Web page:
Thursday, April 9, 2009

Managing the Iranian Challenge

This post begins a new project studying how to manage the Iranian challenge. The project will expand on an article published by Foreign Policy in Focus.

Skill, patience, consistency, logic, and understanding go a long way toward the design of an effective foreign policy. These attributes — perhaps obvious but frequently in short supply among foreign policy decision-makers — build a much firmer policy foundation than rude and emotional outbursts, erratic challenges, public bullying, contemptuous disdain, or efforts to isolate and demonize. With a new administration in place, now is the time to ask if U.S. policy toward Iraq can shift from viewing Iran as an "ultra-nationalistic, theologically conservative, politically radical, or Shi'ite" state and instead design a foreign policy based on skill, patience, consistency, logic, and understanding.

Despite the many emotional and poorly reasoned public claims to the contrary, it isn't obvious that Washington needs to "do" anything at all about Iran. Iran certainly isn't threatening the national security of the U.S. homeland. Iran does, however, resist Washington's desires and challenges its goals in the region. If Washington perceives Iranian foreign policy as a problem requiring resolution, solutions are well within its grasp without recourse, either to knee-jerk hostility or a war of aggression.

Aside from outright fear of "the Iranian threat," other explanations for Washington's hostile attitude toward Iran of course are possible. It may be that Washington perceives Iran has neither intent nor capability for dangerous offensive action, and simply finds empty rhetoric a useful tactic for distracting the world from other American plans. Although the game of getting people excited about an imaginary danger can easily backfire, politicians have tried it before and will do so again. Or it may be that Washington will be satisfied with nothing less than control over Iran's hydrocarbon resources and the elimination of any regional resistance to Israeli military dominance. Certainly, there continues to be significant sentiment along these lines among neo-cons who either want to control global oil supplies or put extremist Greater Israel dreams ahead of U.S. national security.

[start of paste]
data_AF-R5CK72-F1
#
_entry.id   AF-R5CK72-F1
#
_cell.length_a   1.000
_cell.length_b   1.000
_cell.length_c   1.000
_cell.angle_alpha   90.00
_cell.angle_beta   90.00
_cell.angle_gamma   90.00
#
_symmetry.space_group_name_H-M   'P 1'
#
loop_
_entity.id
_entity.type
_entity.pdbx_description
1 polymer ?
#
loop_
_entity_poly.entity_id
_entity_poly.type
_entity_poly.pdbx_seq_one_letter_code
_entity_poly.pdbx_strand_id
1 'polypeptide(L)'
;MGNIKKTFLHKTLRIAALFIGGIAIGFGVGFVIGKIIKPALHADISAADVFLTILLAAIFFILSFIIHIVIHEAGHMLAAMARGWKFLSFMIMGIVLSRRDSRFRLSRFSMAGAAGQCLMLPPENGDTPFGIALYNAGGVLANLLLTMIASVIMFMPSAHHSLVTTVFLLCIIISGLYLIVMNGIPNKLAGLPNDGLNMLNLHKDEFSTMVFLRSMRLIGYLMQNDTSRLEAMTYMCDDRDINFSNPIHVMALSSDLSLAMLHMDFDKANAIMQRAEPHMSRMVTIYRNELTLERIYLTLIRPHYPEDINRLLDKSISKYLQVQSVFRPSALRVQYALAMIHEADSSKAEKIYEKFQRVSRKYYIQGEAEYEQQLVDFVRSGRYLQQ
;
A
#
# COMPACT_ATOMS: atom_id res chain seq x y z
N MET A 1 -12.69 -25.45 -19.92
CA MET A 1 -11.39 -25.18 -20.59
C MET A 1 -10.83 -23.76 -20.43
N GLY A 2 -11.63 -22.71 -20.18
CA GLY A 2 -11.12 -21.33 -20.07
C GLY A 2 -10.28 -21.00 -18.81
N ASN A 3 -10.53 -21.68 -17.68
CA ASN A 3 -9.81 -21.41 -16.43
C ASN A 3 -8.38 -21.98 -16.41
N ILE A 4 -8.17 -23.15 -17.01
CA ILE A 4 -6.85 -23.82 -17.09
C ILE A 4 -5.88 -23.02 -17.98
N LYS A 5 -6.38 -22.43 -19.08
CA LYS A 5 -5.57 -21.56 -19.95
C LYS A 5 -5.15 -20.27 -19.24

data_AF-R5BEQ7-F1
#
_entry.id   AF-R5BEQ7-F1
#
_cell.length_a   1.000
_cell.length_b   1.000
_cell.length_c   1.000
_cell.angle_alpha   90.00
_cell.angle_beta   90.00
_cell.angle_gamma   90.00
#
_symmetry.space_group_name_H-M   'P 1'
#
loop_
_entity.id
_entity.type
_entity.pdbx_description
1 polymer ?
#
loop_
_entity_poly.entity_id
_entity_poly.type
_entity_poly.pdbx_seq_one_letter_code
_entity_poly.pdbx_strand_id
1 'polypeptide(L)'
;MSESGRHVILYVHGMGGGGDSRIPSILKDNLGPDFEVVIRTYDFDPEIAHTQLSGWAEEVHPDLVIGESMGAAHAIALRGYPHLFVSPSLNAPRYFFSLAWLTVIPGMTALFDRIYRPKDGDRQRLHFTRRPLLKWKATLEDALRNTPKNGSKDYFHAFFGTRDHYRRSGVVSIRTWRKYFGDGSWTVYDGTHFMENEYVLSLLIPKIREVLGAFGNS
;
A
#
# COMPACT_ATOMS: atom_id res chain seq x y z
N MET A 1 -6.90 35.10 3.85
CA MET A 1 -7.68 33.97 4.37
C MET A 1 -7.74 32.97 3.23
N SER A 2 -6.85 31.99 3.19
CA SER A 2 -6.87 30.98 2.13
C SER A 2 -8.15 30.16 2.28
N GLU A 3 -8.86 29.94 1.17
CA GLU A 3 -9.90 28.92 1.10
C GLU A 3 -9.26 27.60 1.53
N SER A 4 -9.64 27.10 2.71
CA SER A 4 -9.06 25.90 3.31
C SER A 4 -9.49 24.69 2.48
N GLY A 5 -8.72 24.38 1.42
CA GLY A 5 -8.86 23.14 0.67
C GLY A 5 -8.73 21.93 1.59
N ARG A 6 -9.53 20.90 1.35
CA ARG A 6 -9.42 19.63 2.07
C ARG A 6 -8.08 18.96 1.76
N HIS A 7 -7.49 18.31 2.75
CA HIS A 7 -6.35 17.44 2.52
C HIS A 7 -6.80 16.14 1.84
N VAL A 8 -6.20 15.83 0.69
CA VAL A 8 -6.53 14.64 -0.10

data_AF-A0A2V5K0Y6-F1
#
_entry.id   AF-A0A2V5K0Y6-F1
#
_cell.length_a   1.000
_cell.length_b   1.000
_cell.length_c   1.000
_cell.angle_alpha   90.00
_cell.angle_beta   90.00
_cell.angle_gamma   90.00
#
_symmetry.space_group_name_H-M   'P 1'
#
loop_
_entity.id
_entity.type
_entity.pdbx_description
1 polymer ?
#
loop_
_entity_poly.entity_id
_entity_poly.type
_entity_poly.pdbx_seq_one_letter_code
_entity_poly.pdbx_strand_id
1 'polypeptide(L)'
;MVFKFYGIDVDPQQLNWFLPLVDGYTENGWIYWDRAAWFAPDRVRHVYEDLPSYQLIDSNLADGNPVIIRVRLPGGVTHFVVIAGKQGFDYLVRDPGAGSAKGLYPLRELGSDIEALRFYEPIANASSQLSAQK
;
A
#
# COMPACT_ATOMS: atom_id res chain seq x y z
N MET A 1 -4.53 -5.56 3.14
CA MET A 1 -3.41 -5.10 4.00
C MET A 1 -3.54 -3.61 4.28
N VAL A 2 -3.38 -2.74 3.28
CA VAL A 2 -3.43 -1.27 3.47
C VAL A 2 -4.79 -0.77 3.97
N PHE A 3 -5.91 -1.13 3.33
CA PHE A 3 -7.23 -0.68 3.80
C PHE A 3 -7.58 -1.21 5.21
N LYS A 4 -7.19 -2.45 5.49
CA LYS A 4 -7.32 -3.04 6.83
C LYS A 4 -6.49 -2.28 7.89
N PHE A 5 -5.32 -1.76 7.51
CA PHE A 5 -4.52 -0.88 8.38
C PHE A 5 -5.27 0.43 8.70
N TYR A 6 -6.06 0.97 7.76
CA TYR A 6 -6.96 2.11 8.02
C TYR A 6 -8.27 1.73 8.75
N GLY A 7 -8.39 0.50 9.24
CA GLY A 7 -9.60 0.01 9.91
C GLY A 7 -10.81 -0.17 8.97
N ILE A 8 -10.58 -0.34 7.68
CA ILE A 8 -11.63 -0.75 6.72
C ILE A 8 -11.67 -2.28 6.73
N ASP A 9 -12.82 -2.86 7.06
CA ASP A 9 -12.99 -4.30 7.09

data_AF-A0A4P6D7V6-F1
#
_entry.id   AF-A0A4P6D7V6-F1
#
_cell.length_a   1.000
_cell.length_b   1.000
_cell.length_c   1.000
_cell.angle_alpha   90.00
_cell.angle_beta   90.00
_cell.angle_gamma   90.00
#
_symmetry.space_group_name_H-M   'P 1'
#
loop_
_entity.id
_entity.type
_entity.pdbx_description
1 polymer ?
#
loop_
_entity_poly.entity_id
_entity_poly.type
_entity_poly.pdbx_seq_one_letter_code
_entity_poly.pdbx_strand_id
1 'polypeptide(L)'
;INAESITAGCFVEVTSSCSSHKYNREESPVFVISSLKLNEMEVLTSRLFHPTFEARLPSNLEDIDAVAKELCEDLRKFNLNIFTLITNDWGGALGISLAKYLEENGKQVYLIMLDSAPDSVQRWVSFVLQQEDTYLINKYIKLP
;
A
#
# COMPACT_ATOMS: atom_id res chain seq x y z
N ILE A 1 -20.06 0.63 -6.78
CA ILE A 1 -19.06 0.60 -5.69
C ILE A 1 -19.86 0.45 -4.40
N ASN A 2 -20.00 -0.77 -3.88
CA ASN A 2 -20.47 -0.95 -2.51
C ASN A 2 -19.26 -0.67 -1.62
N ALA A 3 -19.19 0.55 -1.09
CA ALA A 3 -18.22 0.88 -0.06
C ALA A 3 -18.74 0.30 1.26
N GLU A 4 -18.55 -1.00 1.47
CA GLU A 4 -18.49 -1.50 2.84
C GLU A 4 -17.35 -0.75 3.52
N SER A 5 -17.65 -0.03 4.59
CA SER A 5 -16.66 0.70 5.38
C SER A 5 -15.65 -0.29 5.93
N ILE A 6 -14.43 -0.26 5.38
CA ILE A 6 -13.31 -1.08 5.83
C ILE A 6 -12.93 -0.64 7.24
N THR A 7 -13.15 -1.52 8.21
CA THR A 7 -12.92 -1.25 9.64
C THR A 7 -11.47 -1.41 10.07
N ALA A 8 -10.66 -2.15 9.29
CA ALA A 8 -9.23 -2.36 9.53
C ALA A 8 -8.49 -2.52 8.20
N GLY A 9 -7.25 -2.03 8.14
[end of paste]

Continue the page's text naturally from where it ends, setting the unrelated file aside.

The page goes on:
If such calculations have seized the imagination of Washington decision-makers, then the tensions will continue with their associated consequences. Ahmadinejad will continue to be empowered and will play the "American threat" to the hilt to defeat the more cautious in former prime minister Mir Hossein Mousavi in Iran's upcoming presidential election; both the Iranian "neocon" war generation (led by Ahmadinejad) and the Shi'ite revolutionary old guard (led by Supreme Leader Khamenei) will continue to use the "American threat" to strengthen their control at the expense of Iranian moderates. Israeli expansionists will continue terrifying both Israeli and American publics with their descriptions of "Iranian Nazis," as a cover not only for their absorption of the West Bank and destruction of Palestinian society, but also for whatever further expansionist ambitions they may have. On both sides, the ignorant will point with fear to the remarks of hypocritical leaders to justify calls for extremist measures, whether they be the acquisition of nuclear weapons or "preventive" war.

The longer the situation endures, the greater probability of someone somewhere either miscalculating and slipping into a war by mistake or being provoked by a third party, whether it's Israel maneuvering the U.S. into eliminating its main adversary or a Sunni jihadi group trying to get the U.S. bogged down in yet another Mideast war. Even if such dangers are avoided, the longer the situation continues, the more an unnecessary confrontation caused by inept politicians will become viewed as the natural and inevitable baggage of a battle to the death.

However, if Washington decisionmakers in fact perceive the Iranian regime as posing a problem to be solved, they possess a full bag of low-risk tools for tackling the job.


Subsequent posts will examine the nature of Iran's challenge and offer a methodological approach for thinking rigorously about how to design an effective foreign policy response.

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